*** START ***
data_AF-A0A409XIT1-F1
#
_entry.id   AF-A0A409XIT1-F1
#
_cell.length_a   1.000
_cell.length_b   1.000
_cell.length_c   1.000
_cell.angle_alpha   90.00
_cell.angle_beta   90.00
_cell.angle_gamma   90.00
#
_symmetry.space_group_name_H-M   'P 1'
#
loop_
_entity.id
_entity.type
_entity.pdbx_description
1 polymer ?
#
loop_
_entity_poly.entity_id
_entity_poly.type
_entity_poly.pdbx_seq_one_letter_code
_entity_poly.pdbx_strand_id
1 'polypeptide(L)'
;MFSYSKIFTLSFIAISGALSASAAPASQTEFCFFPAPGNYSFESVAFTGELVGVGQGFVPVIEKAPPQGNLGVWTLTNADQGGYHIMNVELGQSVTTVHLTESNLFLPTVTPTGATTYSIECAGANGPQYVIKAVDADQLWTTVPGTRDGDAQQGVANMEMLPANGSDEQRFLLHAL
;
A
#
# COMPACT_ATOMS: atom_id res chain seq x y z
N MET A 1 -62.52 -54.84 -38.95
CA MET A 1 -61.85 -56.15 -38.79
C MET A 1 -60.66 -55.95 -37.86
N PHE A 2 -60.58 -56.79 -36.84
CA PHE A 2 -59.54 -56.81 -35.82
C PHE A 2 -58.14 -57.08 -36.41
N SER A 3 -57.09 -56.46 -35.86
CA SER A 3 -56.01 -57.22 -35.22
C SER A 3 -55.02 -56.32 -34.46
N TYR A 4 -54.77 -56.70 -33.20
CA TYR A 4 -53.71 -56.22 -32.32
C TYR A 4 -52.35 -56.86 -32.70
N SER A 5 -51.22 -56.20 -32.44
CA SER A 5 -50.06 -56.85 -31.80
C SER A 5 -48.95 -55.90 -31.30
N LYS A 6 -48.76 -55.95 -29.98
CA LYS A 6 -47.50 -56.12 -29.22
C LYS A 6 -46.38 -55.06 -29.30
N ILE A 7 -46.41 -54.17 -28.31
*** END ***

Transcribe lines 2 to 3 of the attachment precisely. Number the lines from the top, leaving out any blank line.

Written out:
#
_entry.id   AF-A0A409XIT1-F1